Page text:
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John Harvard's Journal

Apollo 17 Turns 50

November-December 2022

A man in a wetsuit helps an astronaut out of an Apollo capsule floating in the ocean

Navy SEAL Jonathan Smart (left) helps astronaut Harrison Schmitt out of the Apollo 17 capsule after it splash-landed in the Pacific Ocean.

Photograph courtesy of NASA


Navy SEAL Jonathan Smart (left) helps astronaut Harrison Schmitt out of the Apollo 17 capsule after it splash-landed in the Pacific Ocean.

Photograph courtesy of NASA

The photograph is 50 years old now, a black-and-white image of two Harvard alumni meeting in the middle of the Pacific Ocean. One of them, Jonathan Smart ’69, wears a diver’s wetsuit with the hood pulled back. The other, Harrison Schmitt, Ph.D. ’64, has just returned from space. He is smiling, squinting downward in the sunlight, leaning almost casually on the open hatch of the Apollo 17 capsule from which he has emerged. Two other divers wait in a raft off to the side, as Smart, the Navy SEAL in charge of the splashdown recovery operation, helps Schmitt out of the capsule. It was December 19, 1972, and NASA’s final Apollo mission—the last time humans walked on the moon—was over.

Schmitt and his crewmates, Eugene Cernan and Ronald Evans, knew well before their launch that their mission would likely be the last of its kind (two Apollo flights scheduled to follow it were canceled after budget cuts and the near-disaster of Apollo 13 in 1970). For Schmitt, a geologist and the first—and so far only—scientist to land on the moon, this meant it was even more important to get what he’d come for: samples from the lunar surface that would help unravel deep questions about not only the origin of moon, but also the history of the Earth and the sun.

Schmitt became an astronaut almost by chance. His father was an economic geologist, and throughout college and graduate school, Schmitt figured he’d follow the same path. He came to Harvard in 1956 and spent a year in Norway on a Fulbright scholarship, researching glaciated rocks for his dissertation. That’s where he was in October 1957, when news broke of the Soviet Union’s Sputnik launch. “That certainly got my attention,” he says. After graduation, he took a job with the United States Geological Survey’s astrogeology branch; a few months later, he saw a bulletin-board notice that NASA was recruiting scientists to become astronauts. He jumped at the opportunity. Out of 1,400 applicants, he was one of six men chosen. In 1965, he began pilot training, learning to fly supersonic jets, then helicopters, and eventually the Apollo Lunar Module. Seven years later, he was on board the Apollo 17 rocket when it lifted off from Cape Canaveral on December 7, 1972, heading toward a landing site on the western face of the moon, a valley deeper than the Grand Canyon: Taurus-Littrow.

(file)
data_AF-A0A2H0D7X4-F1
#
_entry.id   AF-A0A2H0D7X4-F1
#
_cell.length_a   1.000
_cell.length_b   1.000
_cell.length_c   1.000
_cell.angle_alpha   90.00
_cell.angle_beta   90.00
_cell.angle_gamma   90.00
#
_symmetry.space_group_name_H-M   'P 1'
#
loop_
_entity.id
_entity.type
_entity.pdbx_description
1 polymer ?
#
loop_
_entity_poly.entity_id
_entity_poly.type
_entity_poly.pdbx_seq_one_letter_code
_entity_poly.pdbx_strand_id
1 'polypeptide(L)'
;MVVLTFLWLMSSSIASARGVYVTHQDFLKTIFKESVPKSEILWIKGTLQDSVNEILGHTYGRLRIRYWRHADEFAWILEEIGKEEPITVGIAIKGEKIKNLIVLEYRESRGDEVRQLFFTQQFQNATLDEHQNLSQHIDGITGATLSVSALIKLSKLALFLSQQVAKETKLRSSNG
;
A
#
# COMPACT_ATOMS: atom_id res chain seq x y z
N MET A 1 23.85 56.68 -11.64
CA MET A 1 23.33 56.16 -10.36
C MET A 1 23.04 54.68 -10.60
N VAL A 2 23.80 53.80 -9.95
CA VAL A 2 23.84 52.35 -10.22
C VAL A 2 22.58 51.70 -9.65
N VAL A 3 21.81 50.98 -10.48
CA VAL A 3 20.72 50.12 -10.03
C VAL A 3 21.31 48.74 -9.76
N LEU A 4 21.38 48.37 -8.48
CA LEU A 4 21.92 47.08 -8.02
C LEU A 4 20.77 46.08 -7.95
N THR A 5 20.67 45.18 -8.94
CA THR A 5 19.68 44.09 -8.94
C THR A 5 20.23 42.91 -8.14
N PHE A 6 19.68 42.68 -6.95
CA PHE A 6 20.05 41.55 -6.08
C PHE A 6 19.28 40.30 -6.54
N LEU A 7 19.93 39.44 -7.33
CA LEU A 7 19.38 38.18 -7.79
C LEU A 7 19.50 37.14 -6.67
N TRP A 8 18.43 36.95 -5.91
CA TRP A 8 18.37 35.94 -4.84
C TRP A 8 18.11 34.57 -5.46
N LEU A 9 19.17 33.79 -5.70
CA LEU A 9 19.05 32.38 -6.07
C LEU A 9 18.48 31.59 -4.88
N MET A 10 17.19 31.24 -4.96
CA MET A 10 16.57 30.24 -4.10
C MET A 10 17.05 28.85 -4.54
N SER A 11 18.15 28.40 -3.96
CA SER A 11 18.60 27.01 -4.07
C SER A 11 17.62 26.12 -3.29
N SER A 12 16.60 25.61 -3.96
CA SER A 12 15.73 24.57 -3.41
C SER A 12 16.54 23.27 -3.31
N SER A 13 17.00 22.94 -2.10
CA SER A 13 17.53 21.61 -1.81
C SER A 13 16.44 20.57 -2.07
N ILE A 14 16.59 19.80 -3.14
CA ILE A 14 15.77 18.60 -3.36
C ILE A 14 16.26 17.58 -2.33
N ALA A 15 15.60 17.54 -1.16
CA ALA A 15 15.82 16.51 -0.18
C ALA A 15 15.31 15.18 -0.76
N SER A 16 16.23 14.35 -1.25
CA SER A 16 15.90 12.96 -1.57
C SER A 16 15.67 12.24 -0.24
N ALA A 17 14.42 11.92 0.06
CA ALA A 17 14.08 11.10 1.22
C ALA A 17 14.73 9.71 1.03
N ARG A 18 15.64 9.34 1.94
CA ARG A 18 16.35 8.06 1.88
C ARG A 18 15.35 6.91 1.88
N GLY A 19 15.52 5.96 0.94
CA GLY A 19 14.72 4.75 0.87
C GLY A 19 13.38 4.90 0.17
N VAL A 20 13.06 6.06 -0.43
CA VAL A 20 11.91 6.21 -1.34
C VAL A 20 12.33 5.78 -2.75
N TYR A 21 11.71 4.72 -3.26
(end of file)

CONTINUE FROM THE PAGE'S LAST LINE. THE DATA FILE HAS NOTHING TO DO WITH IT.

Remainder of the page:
Schmitt and other NASA geologists had selected the spot because it seemed to promise material from both the ancient lunar highlands and younger volcanic activity. Largely undisturbed, it lay near a huge impact crater, surrounded by mountains “brilliantly illuminated by the sun,” he recalls, “but against a black sky. Blacker than black.” The crew returned with 254 pounds of samples, including a strange orange soil that proved to be volcanic glass from a 3-billion-year-old eruption, and a three-meter drill core whose readings indicated a major increase in the sun’s energy level 500 million years ago, which may correlate, Schmitt says, with a shift in the abundance and diversity of life in the oceans. “It’s the first time we’ve seen evidence from lunar samples relating directly to Earth,” he says. “The moon can tell us about the first 800 million years or so of Earth’s history—that’s been obscured to us because the Earth is such a dynamic cauldron of geology. But the moon has preserved it.” Earlier this year, NASA unsealed the last Apollo 17 lunar samples for analysis, ahead of the agency’s planned return to the moon in 2024 with the Artemis missions, which are intended to establish a long-term human presence there and restart scientific exploration. Schmitt, now a retired professor and former U.S. senator living in Albuquerque (but still a working scientist), is part of the University of New Mexico team studying the newly unfrozen samples.